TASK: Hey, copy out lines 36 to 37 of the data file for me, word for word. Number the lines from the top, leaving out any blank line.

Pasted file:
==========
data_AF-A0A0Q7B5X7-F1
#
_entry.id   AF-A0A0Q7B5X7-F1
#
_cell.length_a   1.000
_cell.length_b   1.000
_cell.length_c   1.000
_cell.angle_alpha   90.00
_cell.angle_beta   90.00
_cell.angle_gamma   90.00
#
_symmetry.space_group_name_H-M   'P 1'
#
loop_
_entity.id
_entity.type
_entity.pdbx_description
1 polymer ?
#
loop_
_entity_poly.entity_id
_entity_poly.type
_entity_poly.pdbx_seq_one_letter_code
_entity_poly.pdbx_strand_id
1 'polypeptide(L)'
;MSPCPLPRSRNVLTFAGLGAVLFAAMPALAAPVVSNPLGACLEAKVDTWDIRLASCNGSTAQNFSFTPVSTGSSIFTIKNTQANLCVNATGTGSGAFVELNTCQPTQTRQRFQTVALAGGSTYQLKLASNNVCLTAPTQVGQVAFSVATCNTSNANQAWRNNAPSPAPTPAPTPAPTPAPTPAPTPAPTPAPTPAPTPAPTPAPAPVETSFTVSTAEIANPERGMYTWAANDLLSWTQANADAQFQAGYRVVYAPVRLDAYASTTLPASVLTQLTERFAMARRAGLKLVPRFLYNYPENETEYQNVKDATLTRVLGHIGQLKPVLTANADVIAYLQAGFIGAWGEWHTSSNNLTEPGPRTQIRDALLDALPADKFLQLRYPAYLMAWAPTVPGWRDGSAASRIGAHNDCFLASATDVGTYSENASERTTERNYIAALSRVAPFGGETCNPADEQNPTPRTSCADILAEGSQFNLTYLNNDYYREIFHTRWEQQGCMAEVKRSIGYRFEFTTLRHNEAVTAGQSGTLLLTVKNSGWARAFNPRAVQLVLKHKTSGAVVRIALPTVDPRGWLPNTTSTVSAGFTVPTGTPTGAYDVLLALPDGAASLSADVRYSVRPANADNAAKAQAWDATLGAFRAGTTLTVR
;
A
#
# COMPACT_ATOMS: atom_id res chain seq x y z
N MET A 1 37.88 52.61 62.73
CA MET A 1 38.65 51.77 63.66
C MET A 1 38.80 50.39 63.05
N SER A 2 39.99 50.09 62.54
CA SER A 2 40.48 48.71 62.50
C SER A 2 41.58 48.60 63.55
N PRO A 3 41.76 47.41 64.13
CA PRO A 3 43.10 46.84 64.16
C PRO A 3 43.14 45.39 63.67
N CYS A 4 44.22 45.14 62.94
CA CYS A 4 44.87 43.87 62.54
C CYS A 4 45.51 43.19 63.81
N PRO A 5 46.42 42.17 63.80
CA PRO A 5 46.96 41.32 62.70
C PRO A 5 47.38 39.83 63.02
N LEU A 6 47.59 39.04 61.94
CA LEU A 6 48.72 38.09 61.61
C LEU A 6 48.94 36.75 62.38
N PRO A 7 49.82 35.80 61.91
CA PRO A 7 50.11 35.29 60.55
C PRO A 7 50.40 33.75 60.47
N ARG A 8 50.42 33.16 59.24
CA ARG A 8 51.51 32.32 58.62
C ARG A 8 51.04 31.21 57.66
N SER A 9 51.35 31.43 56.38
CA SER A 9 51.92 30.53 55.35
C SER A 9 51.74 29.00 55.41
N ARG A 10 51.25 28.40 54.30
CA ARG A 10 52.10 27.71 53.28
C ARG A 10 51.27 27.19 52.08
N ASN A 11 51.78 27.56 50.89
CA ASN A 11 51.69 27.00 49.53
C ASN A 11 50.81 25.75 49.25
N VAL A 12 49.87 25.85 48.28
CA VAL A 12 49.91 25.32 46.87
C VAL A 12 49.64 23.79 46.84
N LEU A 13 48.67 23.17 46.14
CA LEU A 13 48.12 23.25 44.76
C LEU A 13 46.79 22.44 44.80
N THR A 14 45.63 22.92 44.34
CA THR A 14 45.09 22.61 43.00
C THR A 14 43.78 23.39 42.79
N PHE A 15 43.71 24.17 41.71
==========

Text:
C SER A 2 41.58 48.60 63.55
N PRO A 3 41.76 47.41 64.13